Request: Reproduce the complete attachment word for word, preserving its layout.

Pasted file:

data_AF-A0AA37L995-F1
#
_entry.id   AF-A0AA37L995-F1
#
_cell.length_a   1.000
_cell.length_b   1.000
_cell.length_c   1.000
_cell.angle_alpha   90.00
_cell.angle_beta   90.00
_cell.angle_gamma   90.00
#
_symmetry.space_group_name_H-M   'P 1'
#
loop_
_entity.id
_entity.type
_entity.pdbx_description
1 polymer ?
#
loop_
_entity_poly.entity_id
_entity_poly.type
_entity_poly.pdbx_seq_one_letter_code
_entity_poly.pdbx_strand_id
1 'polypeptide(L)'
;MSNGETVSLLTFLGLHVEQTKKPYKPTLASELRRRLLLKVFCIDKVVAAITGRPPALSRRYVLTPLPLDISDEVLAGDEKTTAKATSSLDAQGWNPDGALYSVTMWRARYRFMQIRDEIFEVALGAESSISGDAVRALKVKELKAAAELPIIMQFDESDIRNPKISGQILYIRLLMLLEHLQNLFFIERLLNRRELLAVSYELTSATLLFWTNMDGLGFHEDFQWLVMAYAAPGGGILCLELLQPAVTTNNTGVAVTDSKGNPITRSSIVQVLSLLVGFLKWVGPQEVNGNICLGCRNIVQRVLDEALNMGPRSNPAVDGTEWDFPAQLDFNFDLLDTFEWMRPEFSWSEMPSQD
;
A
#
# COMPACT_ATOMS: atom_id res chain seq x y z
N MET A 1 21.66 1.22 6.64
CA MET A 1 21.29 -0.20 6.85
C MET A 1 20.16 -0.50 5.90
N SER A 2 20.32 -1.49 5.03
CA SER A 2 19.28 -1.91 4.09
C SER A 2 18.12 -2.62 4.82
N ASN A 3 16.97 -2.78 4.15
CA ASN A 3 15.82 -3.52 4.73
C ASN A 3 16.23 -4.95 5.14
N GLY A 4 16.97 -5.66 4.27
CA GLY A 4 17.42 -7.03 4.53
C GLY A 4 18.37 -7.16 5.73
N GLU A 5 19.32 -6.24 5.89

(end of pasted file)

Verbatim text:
data_AF-A0AA37L995-F1
#
_entry.id   AF-A0AA37L995-F1
#
_cell.length_a   1.000
_cell.length_b   1.000
_cell.length_c   1.000
_cell.angle_alpha   90.00
_cell.angle_beta   90.00
_cell.angle_gamma   90.00
#
_symmetry.space_group_name_H-M   'P 1'
#
loop_
_entity.id
_entity.type
_entity.pdbx_description
1 polymer ?
#
loop_
_entity_poly.entity_id
_entity_poly.type
_entity_poly.pdbx_seq_one_letter_code
_entity_poly.pdbx_strand_id
1 'polypeptide(L)'
;MSNGETVSLLTFLGLHVEQTKKPYKPTLASELRRRLLLKVFCIDKVVAAITGRPPALSRRYVLTPLPLDISDEVLAGDEKTTAKATSSLDAQGWNPDGALYSVTMWRARYRFMQIRDEIFEVALGAESSISGDAVRALKVKELKAAAELPIIMQFDESDIRNPKISGQILYIRLLMLLEHLQNLFFIERLLNRRELLAVSYELTSATLLFWTNMDGLGFHEDFQWLVMAYAAPGGGILCLELLQPAVTTNNTGVAVTDSKGNPITRSSIVQVLSLLVGFLKWVGPQEVNGNICLGCRNIVQRVLDEALNMGPRSNPAVDGTEWDFPAQLDFNFDLLDTFEWMRPEFSWSEMPSQD
;
A
#
# COMPACT_ATOMS: atom_id res chain seq x y z
N MET A 1 21.66 1.22 6.64
CA MET A 1 21.29 -0.20 6.85
C MET A 1 20.16 -0.50 5.90
N SER A 2 20.32 -1.49 5.03
CA SER A 2 19.28 -1.91 4.09
C SER A 2 18.12 -2.62 4.82
N ASN A 3 16.97 -2.78 4.15
CA ASN A 3 15.82 -3.52 4.73
C ASN A 3 16.23 -4.95 5.14
N GLY A 4 16.97 -5.66 4.27
CA GLY A 4 17.42 -7.03 4.53
C GLY A 4 18.37 -7.16 5.73
N GLU A 5 19.32 -6.24 5.89